I have noticed a trend that insurance companies are placing increasing burdens on their policyholders during the adjustment of claims. It is important for every policyholder to understand their duties and obligations under the insurance contract, however, it is just as important that insurance companies comply with their obligations. When a carrier fails to meet its obligations, most states provide an independent cause of action to hold them accountable. This week is the beginning of a series of posts that I will highlight what the insurance companies’ responsibilities are after notice of a loss is reported.
One of the most important and often overlooked duties of the insurance company is the adjustment principle that the insurer must treat its policyholder’s interests with equal regard as it does its own interests and that the adjustment process is not adversarial.1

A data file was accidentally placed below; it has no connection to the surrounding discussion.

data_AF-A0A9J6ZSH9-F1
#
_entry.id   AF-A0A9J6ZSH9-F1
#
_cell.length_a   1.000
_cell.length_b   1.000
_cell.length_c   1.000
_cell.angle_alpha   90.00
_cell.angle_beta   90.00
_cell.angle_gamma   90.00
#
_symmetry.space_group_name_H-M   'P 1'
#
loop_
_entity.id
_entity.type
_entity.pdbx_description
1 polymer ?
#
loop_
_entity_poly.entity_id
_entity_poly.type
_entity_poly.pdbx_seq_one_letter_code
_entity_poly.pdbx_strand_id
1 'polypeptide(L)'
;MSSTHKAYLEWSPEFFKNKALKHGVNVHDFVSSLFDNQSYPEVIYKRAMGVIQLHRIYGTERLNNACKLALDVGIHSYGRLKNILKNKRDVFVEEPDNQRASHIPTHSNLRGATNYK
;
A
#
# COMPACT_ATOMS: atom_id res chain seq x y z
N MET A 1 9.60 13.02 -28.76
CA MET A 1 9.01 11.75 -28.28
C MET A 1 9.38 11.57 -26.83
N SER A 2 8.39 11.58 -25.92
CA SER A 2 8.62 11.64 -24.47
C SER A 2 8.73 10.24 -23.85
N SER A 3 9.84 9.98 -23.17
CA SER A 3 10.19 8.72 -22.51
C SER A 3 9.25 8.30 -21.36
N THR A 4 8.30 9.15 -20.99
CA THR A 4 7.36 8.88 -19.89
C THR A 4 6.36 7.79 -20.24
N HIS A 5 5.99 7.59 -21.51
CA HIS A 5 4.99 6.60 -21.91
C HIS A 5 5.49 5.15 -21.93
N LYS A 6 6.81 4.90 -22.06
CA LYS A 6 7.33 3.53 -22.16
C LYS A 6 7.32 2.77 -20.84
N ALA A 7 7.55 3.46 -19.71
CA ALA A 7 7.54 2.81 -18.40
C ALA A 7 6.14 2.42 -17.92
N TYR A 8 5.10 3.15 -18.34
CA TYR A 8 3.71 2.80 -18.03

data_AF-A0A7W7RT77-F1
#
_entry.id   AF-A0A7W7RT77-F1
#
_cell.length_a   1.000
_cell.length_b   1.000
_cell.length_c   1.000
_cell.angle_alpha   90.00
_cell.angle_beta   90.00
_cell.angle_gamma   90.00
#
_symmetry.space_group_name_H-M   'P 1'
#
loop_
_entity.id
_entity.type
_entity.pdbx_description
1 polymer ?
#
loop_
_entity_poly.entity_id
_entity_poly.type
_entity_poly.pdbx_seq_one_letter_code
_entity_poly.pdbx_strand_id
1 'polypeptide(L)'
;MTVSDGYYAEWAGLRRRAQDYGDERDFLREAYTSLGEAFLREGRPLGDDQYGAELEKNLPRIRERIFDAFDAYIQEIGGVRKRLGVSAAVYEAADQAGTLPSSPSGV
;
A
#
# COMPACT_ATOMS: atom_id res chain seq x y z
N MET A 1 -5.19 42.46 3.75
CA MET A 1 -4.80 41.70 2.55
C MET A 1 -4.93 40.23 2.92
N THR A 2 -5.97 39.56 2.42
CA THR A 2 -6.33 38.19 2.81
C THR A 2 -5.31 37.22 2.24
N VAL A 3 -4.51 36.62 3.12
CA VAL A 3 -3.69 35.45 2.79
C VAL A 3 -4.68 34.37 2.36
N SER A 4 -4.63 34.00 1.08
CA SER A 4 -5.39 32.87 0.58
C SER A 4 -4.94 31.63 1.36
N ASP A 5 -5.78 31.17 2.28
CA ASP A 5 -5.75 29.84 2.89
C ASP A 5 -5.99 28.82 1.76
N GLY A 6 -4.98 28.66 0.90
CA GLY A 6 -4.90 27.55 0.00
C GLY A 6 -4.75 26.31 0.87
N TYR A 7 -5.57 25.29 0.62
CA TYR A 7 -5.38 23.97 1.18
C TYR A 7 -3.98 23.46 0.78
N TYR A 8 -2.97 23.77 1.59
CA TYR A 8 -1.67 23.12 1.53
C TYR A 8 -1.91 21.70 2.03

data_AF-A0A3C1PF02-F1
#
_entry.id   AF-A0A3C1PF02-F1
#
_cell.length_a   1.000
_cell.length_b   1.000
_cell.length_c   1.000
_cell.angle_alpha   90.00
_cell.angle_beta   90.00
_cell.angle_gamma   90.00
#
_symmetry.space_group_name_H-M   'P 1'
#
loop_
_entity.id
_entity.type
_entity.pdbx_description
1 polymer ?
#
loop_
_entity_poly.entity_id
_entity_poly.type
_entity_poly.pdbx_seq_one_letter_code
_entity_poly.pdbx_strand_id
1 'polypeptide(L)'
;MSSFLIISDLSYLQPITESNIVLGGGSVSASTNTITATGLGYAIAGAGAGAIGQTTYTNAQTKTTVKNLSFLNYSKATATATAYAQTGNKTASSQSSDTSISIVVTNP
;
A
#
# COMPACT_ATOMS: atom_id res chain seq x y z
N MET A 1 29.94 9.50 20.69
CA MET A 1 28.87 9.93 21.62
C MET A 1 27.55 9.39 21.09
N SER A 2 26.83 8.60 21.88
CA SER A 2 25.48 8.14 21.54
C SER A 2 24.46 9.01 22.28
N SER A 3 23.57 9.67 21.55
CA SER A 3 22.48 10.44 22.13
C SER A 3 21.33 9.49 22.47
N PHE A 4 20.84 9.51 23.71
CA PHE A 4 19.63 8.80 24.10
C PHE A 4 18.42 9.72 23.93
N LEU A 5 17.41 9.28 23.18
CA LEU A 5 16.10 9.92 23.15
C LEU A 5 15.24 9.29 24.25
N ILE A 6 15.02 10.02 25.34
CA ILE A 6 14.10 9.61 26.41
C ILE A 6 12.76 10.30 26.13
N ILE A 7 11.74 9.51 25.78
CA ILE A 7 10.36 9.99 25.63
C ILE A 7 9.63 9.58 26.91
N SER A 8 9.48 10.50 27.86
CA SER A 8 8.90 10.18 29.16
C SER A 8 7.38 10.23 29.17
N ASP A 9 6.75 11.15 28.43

Why is this often overlooked? It is simple: Money. Most insurance companies are for-profit business organizations and claim payments are one of the highest payouts each year. Hence, there can be an incentive for an insurance company to place its financial interests over the interests of the policyholder. The more the insurance company pays on a given claim, the more their bottom line takes a hit.
Therefore, this principle is critical for the effectiveness of the claims process. The business of insurance is highly specialized, with policyholders particularly vulnerable and dependent on their insurance company during a time of need. Once adjusters are concerned with “saving” money on a claim, an underpayment or denial of owed benefits is what ensues. After a disaster strikes, a policyholder must be able to rely on the insurance company to provide the benefits bargained for at contract inception. An insurance company that fails to treat its policyholder’s interests at least equal to its own is failing to meet its obligations and may be exposed to extra-contractual damages as a result.
Next week, I will discuss how an adjuster cannot require the policyholder to adjust the loss, and what I call “blind” adjusting.
1 Egan v. Mutual of Omaha Ins. Co., 598 P.2d 452, 456 (Cal. 1979).